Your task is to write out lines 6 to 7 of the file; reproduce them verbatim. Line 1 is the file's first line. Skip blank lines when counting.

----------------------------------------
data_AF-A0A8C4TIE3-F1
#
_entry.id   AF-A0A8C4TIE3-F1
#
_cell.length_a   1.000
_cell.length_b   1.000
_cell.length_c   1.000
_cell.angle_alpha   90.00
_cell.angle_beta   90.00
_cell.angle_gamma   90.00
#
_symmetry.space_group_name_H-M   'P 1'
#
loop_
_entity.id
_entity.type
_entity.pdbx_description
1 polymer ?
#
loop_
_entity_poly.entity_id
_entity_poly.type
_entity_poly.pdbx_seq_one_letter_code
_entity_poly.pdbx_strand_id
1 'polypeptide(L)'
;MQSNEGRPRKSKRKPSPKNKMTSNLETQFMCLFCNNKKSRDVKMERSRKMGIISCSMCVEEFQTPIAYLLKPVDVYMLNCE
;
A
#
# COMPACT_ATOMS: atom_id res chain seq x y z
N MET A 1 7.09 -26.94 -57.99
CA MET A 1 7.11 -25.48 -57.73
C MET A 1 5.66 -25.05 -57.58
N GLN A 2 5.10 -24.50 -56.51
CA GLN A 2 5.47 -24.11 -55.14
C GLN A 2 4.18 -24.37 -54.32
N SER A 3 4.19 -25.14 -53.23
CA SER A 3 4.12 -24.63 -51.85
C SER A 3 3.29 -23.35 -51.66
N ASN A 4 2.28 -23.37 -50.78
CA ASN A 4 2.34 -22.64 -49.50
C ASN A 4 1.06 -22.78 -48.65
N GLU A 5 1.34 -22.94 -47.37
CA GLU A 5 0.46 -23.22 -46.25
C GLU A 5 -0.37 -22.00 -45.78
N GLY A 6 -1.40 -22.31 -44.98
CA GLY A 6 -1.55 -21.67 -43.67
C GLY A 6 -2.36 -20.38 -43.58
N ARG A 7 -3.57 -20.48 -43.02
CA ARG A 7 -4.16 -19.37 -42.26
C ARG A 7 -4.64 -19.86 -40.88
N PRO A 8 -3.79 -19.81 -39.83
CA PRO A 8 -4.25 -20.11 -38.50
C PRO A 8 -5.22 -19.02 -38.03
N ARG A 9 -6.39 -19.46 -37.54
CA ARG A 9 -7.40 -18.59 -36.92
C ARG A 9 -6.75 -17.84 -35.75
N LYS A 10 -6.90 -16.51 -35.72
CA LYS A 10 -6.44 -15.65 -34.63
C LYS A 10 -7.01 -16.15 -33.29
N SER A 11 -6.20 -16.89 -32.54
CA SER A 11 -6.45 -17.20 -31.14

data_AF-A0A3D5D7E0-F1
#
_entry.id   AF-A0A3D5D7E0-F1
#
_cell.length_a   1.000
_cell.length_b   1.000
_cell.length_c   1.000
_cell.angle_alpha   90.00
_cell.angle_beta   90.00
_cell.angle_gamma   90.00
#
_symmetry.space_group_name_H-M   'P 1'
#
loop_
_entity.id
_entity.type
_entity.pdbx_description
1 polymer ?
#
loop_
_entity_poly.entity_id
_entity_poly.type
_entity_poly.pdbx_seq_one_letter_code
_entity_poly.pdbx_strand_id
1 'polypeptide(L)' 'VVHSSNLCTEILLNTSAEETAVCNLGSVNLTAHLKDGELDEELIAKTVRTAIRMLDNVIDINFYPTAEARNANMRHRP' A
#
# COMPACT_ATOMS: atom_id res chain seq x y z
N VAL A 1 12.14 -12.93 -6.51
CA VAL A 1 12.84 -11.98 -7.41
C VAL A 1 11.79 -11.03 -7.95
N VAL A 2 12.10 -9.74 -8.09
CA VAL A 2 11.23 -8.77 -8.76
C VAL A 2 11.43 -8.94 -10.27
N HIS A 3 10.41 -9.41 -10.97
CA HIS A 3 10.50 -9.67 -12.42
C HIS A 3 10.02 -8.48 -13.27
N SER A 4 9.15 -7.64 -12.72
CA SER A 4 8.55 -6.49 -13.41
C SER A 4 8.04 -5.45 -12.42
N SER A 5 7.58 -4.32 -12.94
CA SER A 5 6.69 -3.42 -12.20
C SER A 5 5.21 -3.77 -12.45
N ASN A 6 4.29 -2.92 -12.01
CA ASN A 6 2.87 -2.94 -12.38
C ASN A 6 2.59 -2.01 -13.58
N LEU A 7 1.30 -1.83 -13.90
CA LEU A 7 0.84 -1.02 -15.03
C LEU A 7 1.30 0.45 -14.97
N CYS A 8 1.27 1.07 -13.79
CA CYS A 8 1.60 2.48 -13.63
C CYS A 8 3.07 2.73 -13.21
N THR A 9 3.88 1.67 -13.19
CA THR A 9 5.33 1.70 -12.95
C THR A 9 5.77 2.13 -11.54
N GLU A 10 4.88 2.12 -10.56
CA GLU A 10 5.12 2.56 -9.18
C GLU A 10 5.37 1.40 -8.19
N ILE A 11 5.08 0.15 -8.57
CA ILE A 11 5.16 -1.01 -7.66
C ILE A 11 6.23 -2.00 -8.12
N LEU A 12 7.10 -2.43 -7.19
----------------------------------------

_cell.length_b   1.000
_cell.length_c   1.000